Loizeau's marketing company had set up a small "House of Barbie" promotion for Mattel Inc. inside the mall. He was astounded by the reaction: Girls waited for hours to get in, and mothers made offers on clothes he'd hung up for decoration - never mind that they didn't have anything to do with Barbie.
"It would be a pink shirt you could buy anywhere in the mall," Loizeau said, "But they'd want the shirt because it was associated with Barbie."
So he set out to open the world's first Barbie "fashion-tainment" store, where girls can get glittery hairdos and make up at the Barbie beauty parlor or try on gowns and play with dolls in the Barbie playroom, all while their parents nibble pink-frosted desserts in the Barbie cafe.
Loizeau, 37, spent a year persuading El Segundo, California-based Mattel to license the idea. Then he and two associates put up US$500,000 (€340,000) of their own money to open the "Barbie Store."
Loizeau's group has exclusive rights to the Barbie Store license in Argentina, Uruguay and Paraguay, plus first-option rights in the rest of Latin America. Mattel gets a percentage of sales and the right to expand the concept anywhere else worldwide.
The store opened in September and now Buenos Aires' chic Palermo neighborhood, home to swank restaurants, boutiques and tony townhouses, is all abuzz with Barbie.
While some parents may bemoan Barbie's conspicuous consumption and her particular image of womanhood, she appears have plenty of adoring fans in the Argentine capital.
"There are girls who come every single day," Loizeau said. "No one understands it."
The US$7 (€5)-an-hour playroom inside the store has toys and dolls, costumes, make up and jewelry, and a small catwalk for girls to parade on under disco lights. The store also includes a beauty salon, where girls can get everything from a glamorous hairstyle to a painted butterfly on a cheek, plus a coffee shop. And the Barbie playroom is available for parties, starting at around US$650 (€440).
A few Barbies are for sale, but selling dolls isn't the retail focus of the store. Instead, there are T-shirts, skirts, pants and handbags - most in shades of pink - that are designed and made in Argentina and only available at the Barbie Store. The items sell for 10 percent more than similar clothes at other stores without the Barbie logo, Loizeau said.
While Loizeau's original idea was to sell glamorous Barbie outfits in kid sizes, focus groups showed mothers were not so keen - even if the girls themselves might have loved the idea. Instead, he commissioned a line of basic kids clothing that comes with matching items for dolls.
"It's OK for them to dress up like Barbie for a couple of hours," Loizeau said, "but when they go home, they're still little girls."
The clothing line initially targeted girls 3 to 9, but Loizeau said they added bigger sizes after girls as old as 16 came in wanting Barbie clothes. His group may branch into adult clothing.
The store's revenue topped projects by 40 percent, Loizeau said, although he keeps his financial figures private.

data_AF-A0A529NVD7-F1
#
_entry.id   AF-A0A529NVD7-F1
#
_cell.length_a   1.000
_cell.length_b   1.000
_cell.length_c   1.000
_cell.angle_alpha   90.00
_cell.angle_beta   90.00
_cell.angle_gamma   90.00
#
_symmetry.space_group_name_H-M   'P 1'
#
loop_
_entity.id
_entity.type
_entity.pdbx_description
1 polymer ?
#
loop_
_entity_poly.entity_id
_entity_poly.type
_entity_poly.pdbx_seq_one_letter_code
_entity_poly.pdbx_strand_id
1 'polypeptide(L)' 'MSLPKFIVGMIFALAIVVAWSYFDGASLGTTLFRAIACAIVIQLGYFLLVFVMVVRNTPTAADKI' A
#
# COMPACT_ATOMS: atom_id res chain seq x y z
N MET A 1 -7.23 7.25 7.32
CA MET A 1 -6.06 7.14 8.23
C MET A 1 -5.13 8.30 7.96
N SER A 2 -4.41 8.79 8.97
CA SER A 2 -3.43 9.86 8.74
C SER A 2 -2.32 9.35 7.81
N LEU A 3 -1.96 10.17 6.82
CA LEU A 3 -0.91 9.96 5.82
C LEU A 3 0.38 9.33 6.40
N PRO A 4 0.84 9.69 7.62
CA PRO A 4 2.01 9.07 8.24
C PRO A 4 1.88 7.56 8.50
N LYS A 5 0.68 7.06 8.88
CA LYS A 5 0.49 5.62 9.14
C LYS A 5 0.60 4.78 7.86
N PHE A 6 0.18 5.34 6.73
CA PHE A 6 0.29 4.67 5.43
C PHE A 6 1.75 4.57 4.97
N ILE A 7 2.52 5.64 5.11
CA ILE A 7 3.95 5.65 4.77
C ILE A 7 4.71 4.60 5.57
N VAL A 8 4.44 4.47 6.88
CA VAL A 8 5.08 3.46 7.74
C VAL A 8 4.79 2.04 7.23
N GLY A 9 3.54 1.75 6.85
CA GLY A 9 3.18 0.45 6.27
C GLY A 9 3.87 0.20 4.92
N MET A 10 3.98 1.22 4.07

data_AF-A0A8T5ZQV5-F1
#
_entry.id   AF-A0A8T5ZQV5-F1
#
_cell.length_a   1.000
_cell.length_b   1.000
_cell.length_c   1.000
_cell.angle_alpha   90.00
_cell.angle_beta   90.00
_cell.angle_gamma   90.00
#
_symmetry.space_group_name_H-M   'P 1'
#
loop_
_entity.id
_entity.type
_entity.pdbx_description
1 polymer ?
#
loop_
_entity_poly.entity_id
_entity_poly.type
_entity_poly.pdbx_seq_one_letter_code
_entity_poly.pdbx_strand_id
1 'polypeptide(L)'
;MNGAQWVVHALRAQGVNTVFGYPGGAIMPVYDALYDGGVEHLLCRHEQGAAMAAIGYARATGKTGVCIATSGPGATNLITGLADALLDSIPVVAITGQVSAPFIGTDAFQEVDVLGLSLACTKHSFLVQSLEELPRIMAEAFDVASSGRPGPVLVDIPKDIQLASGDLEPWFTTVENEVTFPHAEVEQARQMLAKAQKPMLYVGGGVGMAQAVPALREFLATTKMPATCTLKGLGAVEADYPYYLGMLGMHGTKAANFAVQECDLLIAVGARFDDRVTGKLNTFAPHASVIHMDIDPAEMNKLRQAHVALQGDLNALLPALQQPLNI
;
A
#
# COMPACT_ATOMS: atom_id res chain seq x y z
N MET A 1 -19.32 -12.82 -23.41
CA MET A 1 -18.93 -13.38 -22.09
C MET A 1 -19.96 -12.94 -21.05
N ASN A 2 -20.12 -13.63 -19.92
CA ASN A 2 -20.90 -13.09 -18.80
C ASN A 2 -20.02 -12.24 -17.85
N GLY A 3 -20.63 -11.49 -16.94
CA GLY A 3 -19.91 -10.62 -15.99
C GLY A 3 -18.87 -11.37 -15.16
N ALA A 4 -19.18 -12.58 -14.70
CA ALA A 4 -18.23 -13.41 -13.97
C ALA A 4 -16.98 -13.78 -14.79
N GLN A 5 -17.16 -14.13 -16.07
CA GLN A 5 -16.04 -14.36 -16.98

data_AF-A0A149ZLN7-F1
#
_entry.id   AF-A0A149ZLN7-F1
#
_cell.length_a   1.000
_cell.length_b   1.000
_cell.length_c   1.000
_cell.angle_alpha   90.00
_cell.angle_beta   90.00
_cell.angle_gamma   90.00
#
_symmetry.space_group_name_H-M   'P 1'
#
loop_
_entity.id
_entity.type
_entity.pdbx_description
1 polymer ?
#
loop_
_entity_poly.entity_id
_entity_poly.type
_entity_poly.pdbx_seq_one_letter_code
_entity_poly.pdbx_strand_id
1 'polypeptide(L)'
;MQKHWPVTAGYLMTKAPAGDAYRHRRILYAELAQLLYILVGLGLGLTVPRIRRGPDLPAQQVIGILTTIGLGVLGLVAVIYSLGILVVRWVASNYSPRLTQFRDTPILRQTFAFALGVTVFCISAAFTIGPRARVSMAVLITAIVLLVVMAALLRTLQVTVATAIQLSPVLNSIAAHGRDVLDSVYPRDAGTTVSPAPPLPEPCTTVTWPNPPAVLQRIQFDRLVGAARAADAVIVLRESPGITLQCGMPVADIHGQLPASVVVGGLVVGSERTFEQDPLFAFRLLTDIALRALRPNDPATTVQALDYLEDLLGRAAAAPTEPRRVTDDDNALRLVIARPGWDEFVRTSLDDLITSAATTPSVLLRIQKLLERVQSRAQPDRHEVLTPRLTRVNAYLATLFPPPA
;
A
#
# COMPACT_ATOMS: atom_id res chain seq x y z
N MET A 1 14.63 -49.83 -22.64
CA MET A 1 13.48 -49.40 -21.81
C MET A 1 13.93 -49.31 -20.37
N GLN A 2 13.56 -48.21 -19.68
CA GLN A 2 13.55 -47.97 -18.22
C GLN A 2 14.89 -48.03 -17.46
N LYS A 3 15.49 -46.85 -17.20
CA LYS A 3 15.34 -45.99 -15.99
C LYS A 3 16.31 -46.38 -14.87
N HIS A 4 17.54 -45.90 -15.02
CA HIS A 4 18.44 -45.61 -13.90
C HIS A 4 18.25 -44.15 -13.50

Now he and his partners are planning to secure outside funding to start opening stores in other cities in the region.
The Argentine store is the latest Barbie-related licensing venture for Mattel, the world's largest toy maker, which has struggled with several high-profile recalls this year involving Chinese-made toys. Over the past few years, Mattel has licensed clothing shops in Asia, organized Barbie fashion shows, and started a Barbie online community for girls.
"We've done a lot of work to maintain Barbie's relevance by extending her into other parts of a little girl's life," said Mattel's Richard Dickson, who oversees non-toy extensions of the Barbie brand.
Barbie, which first sold in 1959 and is still the world's No. 1 fashion doll, is evolving into something of a "lifestyle brand," said independent toy analyst Chris Byrne of Byrne Communications, Inc.
But Byrne said Barbie Store is unlikely to take off in the United States. "You might see a Barbie boutique within a department store, but you're probably not going to see a stand-alone store."
Although Mattel subsidiary American Girl has been successful with U.S. stores offering cafes, photo studios and doll hair salons, American Girl sells its dolls directly, whereas Barbies are available at competing retail stores.
"If Mattel suddenly goes into competition with its established channels of distribution, it's going to add a lot to cost and not to profitability," Byrne said.
Loizeau said his store promotes the Barbie brand without competing directly with doll retailers. "We're not a toy store," he said. "Girls play here and then they want a Barbie."
And judging from the reaction in Buenos Aires, it seems to be working.
"The only bad thing is there's nothing for boys," said Liliana Benifes, as her 3-year-old daughter played in the Barbie room.
The playhouse was an unexpected hit. Loizeau said he had initially expected 20 or 30 girls a day, but some days the "Casa de Barbie" gets as many as 150 children.
"When the time is up, they ask their mothers for another hour," Loizeau said. On Saturday afternoons, he added, "it's chaos." And when there's a birthday party, some girls "get angry that they can't go in, and they throw tantrums."
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